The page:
The book China Dolls, by Michelle Yu and Blossom Kan, is a Sex in the City -esque story that follows three friends on their journey of exploring what it means to be a Chinese American woman. The three women, M.J. , Alex, and Lin, have to struggle with the expectations set for them by their heritage, and at the same time, follow their dreams and deal with the pressure of being viewed differently in worlds dominated by men.
Yu and Kan make it a point to repeat the theme of dealing with cultural identity throughout the entire book. The book is sub-divided into 3 sections, each written in the perspective of one of the girls as they all experience 1 year together. M.J., a sportswriter belongs to the first section of the book. Her occupation places her in the midst of older white male counterparts, vying for the same interviews and sports stories. Marked by her race and gender, she has to work twice as hard as her colleagues to prove herself. At the same time her family and other friends constantly remind her that she is Chinese and should find a good Chinese man to settle down with, many of whom also have the traditional notion that Chinese woman should be the homemakers. Alex shares the same set of problems as she is a high-powered attorney where being a woman and Asian is a rarity. Lastly Lin follows suit as she is a stockbroker at Merrill Lynch. The book also explores other themes such as finding love, and letting go of the past.
The men come in two flavors in this story, Caucasian or Chinese. The authors don’t discriminate one race over the other; instead they portray the value and vices of both kinds of men. For example two main Chinese male characters in the story are Ming and Stephen. They each embody two sides of the spectrum; Ming is far more traditional than Stephen. Ming is characterized as the brotherly figure that looks out for the girls. Throughout the story he constantly warns the girls about white men, telling the girls that they will leave them heartbroken and that their parents would never accept them. On the other hand Stephen is characterized as almost the perfect Chinese husband. He has a good job, comes from a good family, he is adoring, and offers a stable relationship. Indeed other minor characters shape the portrayal of Chinese men in the book as well. One character Grant embodies the negative stereotype; he expects Chinese women to take care of their men, stay at home and raise children, and forget about having careers. Grant is portrayed as a close minded traditionalist.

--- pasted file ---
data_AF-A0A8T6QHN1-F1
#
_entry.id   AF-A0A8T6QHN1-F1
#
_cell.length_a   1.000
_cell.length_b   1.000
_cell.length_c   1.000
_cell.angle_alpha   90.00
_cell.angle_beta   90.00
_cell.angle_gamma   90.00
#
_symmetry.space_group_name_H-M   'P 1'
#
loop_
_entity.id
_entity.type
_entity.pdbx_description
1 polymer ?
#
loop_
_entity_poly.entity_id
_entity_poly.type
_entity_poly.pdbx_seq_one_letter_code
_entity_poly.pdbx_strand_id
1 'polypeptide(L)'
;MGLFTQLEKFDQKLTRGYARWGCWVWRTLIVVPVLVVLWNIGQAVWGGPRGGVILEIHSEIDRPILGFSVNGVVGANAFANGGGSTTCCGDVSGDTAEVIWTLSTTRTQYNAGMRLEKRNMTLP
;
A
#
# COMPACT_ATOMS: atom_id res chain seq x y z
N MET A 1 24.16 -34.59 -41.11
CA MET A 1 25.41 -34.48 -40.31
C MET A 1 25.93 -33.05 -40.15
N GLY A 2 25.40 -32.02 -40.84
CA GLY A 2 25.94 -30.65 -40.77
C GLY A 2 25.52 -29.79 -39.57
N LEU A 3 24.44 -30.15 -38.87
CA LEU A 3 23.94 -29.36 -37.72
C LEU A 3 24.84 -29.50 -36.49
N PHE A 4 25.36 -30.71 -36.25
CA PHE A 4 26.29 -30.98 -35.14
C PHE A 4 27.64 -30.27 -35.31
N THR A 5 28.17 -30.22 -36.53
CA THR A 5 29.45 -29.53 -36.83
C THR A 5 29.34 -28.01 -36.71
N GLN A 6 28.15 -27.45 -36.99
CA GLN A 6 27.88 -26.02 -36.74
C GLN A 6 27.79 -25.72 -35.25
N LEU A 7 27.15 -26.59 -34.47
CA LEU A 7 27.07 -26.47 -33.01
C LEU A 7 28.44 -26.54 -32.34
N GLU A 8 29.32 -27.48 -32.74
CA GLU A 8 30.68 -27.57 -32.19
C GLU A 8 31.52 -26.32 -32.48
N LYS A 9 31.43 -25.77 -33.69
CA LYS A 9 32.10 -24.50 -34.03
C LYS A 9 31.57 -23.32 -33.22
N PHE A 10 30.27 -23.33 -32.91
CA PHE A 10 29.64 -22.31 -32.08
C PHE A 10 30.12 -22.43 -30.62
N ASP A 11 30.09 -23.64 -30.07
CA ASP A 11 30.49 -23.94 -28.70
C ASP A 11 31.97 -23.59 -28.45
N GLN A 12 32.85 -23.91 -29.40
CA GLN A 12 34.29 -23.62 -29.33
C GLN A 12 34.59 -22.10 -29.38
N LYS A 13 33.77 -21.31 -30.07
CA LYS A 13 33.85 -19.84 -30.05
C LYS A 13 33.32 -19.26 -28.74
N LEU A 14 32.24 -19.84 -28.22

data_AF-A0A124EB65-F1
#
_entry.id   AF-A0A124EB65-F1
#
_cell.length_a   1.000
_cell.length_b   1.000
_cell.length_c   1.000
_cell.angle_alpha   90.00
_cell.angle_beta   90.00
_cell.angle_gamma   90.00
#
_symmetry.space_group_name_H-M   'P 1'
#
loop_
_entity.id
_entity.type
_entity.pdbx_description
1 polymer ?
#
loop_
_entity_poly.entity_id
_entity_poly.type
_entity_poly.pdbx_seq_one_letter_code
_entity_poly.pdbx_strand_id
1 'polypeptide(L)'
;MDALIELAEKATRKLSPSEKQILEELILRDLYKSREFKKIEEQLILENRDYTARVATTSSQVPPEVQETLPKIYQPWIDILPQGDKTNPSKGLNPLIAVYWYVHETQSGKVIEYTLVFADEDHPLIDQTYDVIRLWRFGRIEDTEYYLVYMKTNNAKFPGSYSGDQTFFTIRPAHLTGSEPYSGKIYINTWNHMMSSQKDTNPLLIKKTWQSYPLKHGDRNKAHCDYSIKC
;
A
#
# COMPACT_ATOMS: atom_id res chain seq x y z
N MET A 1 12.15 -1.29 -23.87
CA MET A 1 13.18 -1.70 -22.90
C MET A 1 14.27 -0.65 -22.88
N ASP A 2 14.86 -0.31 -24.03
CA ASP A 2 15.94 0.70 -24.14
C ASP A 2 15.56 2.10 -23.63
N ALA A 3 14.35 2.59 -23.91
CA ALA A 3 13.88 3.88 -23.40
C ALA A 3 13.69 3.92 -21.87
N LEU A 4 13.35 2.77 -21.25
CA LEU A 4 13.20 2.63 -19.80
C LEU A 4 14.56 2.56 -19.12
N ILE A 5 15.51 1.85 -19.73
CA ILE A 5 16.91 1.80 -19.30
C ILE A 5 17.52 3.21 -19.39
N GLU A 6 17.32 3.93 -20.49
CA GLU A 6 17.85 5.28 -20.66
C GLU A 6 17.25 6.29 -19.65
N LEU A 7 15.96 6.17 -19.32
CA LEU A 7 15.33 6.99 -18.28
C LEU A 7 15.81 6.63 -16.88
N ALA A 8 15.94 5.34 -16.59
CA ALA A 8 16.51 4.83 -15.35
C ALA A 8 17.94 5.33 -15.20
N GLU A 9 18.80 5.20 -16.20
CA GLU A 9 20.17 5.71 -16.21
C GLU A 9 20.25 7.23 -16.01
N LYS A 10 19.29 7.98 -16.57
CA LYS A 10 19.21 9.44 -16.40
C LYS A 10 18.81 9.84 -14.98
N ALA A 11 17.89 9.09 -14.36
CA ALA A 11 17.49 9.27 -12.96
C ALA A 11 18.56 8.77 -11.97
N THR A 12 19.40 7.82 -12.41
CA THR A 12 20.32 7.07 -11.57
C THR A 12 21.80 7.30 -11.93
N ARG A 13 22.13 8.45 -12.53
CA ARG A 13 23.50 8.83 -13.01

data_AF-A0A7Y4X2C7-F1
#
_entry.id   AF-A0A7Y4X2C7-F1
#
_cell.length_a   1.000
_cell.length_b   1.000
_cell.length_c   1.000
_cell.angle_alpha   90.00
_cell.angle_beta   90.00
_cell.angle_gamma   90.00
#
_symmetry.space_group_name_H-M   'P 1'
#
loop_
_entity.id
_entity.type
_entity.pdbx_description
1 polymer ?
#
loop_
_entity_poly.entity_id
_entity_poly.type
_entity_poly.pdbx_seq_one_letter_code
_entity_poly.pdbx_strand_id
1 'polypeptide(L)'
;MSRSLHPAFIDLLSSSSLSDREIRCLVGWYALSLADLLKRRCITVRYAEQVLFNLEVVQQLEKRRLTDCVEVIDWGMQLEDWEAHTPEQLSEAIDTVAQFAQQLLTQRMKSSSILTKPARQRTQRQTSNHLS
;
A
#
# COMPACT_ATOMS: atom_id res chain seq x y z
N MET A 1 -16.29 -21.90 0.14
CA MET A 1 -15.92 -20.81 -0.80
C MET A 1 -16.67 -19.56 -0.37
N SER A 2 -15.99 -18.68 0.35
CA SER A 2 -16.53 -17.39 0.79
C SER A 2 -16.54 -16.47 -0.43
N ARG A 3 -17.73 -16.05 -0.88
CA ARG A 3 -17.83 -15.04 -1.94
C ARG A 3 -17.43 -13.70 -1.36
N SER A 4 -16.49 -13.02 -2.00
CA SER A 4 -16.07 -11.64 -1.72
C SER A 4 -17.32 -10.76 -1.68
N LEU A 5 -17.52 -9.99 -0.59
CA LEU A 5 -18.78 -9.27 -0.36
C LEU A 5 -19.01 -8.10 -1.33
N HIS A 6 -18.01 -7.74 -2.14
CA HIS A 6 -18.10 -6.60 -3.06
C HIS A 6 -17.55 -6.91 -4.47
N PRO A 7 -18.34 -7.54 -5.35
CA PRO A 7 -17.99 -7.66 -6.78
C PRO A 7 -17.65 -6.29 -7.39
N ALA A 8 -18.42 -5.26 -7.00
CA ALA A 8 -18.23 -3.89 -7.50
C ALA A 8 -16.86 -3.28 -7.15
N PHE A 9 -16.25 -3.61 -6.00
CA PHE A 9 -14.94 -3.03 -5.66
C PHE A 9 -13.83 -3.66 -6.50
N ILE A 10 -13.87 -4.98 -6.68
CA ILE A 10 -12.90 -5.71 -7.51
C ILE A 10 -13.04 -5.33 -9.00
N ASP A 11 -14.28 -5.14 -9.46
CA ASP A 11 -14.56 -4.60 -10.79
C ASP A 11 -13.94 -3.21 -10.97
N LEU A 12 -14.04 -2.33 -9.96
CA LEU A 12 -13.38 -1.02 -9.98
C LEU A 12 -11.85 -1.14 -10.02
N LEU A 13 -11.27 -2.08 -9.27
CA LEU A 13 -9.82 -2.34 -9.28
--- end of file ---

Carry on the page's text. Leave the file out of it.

Caucasian men are portrayed differently in the book. The main characters are generally charming, outgoing and more appealing than their Chinese counterparts. Indeed Alex and M.J. both end up with white boyfriends by the end of the book. Jagger is M.J.’s guy and he is portrayed as an outgoing jokester with a unique sense of style. Dressed in jeans and wacky t-shirts he is far from the clean cut figure that girls or even Chinese families would possibly accept. Brady, Alex’s man, is an assertive, charming lawyer. He is protective of Alex and is there for her. Although the Caucasian men may seem generally better they do have their flaws as well. Many of the minor characters like to flaunt their money around and some are intimidated by successful women. Kevin, M.J.’s former love interest is incapable of committing to her. Hailing from a posh family he broke up with her in high school yet met her again. He prefers to keep is options open rather than be tied down. Drew, a ladies man goes out with Lin however do to his spiteful nature and lack of trust inevitably explodes at Lin when their interoffice relationship is discovered. In the end Lin, goes back to her former ex Stephen. She misses the stability and care that he offered, showing that she still values what an idealized Chinese man can offer.
Although these men work with the women on a daily basis, the reason I believe that they chose to involve themselves with these men is because they offered risk, excitement, and even a chance to rebel against their cultural norm of being with Chinese men. As 2nd generation Chinese-Americans I believe Yu and Kan are trying to send the message that as the Chinese and American culture mix, it is time to break away from being overly traditional and embrace the idea of the strong, independent woman shared by feminists.
I found this book a good read and found that the story and culture is something that many Asian Americans can relate to. The book does a great job of balancing the positives of the culture such as the close knit family, holidays and traditions, and emphasis of Chinese virtues with the negatives that come along with it such as the expectations, lectures, and over protectiveness. The book is about trying to balance the pressures of Chinese culture and American culture, and in the end, it suggests that it is the heterogeneous mix of cultures and values that make us who we are.